Israel’s Rapid and Extensive Vaccination Rollout Significantly Protected Unvaccinated Adolescents

July 1, 2021

Joint research by the Technion and KSM, Maccabi Health Services’ Research and Innovation Center, has demonstrated that the rapid and extensive vaccination of Israel’s adult population against COVID-19 provided highly substantial protection for the adolescent public – 16 year-olds and younger – who were not eligible to receive the shots until recently. The study, based on an analysis of 1.37 million vaccinated individuals from 246 different communities in Israel, has identified a significant negative association between the vaccination rate in a given area and infection among the unvaccinated (true infection rate) at those young ages, who were not eligible for the vaccination until recently.

Published recently in Nature Medicine, the study garnered worldwide attention, including coverage in the New York Times. The research project was headed by Professor Roy Kishony, Dr. Idan Yelin, and student Oren Milman of the Faculty of Biology and the Lorry I. Lokey Interdisciplinary Center for Life Sciences and Engineering, in collaboration with experts from KSM (the Kahn-Sagol-Maccabi Research and Innovation Center) headed by Dr. Tal Patalon.

The present study continues and further strengthens the findings of a previous study by the Technion and KSM, which was also published in Nature Medicine. The earlier study demonstrated that the vaccination substantially decreases the viral load after inoculation, and therefore lowers the vaccinated individual’s “personal reproduction number,” i.e. his chances of infecting others. According to Prof. Kishony, “We have now found that those findings are correct, not only on the individual level, but also with regard to the population as a whole. The mass vaccination of the adult Israeli population lowered the reproduction number, and thus substantially protected the infant, child and up to 16-year-old adolescent population, who were not eligible for the vaccination until recently.”

The vaccination rollout in Israel began on December 19, 2020, and within nine weeks almost half the population had received the BNT162b vaccine from Pfizer–BioNTech. The rapid and extensive rollout, which was not uniform everywhere in the country, provided a rare opportunity to examine the effect of vaccination in each community on the community as a whole. The close collaboration between the Technion and Maccabi also enabled the researchers to perform an advanced statistical analysis of a large public – 1.37 million members of Maccabi Healthcare Services, who were vaccinated between December 6, 2020 and March 9, 2021. The data used by the Technion researchers were, of course, anonymous, meaning that they did not include any information on the patient’s identity.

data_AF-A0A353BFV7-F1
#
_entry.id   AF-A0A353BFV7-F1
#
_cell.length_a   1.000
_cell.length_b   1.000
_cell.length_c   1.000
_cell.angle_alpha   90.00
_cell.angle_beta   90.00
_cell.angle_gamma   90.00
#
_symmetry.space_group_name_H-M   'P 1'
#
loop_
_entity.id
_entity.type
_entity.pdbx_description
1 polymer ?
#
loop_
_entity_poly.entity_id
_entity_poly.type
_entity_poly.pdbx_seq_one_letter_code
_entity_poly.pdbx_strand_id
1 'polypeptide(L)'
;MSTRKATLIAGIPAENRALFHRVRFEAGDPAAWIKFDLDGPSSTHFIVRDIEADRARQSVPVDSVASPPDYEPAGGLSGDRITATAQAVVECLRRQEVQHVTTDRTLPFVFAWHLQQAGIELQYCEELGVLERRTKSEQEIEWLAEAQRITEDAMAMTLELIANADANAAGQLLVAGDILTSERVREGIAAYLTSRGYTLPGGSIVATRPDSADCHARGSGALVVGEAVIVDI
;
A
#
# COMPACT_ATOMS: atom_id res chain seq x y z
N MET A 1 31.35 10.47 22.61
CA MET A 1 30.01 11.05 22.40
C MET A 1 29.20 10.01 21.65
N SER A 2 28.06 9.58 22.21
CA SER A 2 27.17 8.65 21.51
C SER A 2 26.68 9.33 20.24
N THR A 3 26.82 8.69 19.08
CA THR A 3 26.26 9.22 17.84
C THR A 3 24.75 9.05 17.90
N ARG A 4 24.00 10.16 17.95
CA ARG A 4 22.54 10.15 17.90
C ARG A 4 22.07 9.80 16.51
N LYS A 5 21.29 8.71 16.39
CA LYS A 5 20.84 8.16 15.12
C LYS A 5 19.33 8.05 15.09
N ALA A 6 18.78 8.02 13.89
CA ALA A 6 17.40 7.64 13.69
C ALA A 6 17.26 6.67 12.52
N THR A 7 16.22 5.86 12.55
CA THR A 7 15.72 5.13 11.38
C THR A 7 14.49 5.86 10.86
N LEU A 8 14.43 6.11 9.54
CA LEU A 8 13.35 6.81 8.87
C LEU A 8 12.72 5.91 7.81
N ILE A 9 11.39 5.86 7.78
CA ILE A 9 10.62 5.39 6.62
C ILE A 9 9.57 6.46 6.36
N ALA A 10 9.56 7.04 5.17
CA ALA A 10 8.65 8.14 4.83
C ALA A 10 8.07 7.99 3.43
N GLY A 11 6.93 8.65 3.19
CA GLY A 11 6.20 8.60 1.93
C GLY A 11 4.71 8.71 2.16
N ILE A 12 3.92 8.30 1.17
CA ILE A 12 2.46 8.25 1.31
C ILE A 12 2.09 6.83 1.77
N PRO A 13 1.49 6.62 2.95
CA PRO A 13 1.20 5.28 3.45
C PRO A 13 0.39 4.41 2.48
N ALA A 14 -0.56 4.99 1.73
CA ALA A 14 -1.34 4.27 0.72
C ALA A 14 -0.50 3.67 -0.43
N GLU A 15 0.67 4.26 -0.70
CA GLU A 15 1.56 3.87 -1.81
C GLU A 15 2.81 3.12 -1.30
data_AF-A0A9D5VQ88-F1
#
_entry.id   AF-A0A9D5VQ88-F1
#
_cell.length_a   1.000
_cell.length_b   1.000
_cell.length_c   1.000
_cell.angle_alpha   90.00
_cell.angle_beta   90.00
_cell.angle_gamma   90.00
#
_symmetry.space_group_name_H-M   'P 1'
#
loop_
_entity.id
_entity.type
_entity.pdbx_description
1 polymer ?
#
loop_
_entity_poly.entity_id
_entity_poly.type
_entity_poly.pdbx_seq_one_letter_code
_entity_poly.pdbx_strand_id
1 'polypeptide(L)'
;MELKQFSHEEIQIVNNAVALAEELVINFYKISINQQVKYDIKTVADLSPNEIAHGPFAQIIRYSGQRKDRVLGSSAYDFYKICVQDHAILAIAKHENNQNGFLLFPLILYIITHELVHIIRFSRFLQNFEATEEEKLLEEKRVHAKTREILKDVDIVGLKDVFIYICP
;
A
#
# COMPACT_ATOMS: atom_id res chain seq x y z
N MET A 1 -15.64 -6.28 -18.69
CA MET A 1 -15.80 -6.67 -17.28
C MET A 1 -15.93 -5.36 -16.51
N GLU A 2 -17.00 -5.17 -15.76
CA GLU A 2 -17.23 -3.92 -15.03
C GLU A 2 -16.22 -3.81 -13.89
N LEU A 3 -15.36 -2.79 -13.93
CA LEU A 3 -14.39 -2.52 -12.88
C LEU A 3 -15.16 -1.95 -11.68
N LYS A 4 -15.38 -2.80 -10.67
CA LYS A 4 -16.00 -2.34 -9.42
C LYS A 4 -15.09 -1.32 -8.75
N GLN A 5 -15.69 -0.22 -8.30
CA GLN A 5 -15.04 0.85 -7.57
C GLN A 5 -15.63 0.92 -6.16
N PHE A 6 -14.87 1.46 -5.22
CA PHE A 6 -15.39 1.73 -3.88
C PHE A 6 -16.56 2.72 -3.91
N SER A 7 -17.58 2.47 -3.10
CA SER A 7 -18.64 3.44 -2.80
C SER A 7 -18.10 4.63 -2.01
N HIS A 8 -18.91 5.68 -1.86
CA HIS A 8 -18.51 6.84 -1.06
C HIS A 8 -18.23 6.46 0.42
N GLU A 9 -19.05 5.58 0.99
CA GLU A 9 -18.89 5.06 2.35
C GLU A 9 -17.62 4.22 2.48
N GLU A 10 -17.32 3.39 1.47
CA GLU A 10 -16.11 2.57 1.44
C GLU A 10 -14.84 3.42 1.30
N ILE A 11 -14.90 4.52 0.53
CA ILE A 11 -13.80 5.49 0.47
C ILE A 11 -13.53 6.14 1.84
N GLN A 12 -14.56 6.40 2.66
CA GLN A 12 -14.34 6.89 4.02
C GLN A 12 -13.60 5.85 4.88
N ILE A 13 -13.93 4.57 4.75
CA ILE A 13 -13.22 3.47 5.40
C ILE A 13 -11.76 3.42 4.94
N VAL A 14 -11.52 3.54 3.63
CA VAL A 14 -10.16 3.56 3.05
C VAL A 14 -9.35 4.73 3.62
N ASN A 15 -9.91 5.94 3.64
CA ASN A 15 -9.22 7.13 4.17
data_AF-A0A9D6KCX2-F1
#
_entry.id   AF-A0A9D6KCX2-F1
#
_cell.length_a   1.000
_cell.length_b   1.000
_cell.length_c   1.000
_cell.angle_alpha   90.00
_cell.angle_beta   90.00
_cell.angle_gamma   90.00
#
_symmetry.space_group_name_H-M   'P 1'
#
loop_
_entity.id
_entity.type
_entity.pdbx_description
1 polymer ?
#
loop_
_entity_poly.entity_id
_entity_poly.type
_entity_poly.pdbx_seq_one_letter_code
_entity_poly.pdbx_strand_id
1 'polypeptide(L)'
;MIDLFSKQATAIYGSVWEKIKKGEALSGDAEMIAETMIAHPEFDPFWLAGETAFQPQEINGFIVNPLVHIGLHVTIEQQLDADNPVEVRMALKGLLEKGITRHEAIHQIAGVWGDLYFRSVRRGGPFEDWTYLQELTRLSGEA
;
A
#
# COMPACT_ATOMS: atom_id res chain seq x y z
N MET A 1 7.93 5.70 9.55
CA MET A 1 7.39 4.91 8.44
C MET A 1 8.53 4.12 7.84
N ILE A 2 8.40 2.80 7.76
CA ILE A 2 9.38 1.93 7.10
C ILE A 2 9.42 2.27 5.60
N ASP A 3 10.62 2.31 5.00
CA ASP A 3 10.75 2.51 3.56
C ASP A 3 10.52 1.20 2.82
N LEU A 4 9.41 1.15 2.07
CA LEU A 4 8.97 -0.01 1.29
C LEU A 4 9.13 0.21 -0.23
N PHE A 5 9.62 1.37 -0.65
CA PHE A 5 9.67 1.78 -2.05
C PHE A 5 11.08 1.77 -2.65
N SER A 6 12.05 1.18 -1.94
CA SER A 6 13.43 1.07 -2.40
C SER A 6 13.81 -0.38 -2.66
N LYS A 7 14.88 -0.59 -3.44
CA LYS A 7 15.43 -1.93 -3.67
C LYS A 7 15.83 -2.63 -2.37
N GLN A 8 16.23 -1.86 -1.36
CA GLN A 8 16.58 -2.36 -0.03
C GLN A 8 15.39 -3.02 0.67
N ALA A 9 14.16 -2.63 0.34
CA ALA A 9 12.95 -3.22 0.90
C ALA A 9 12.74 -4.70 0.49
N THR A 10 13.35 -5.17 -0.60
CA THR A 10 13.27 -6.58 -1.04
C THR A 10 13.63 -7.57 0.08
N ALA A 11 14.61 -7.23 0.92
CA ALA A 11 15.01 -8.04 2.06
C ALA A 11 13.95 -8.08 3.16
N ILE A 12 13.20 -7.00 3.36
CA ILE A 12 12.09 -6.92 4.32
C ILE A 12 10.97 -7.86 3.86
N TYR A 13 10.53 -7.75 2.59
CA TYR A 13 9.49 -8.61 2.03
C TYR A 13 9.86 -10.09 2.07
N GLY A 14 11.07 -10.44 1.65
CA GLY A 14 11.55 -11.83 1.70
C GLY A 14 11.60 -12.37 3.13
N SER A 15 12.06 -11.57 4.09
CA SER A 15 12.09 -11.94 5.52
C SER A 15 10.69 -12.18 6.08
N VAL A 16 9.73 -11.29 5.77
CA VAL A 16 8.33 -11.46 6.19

The study was carried out on the basis of a geographic segmentation of the country, in which 246 communities from different geographic regions in Israel were defined. This segmentation was designed to test the association between the vaccination rate at the community level in a particular area and the level of infection among the young population (age 16 and less). As mentioned, the article identifies a robust negative association between the vaccination rate and the risk of infection for unvaccinated members of the community in question.

The study was sponsored by a grant from the KillCorona research grant program. Coordinated by the Israel Science Foundation, the program was established one year ago to encourage research to help flatten the COVID-19 curve.

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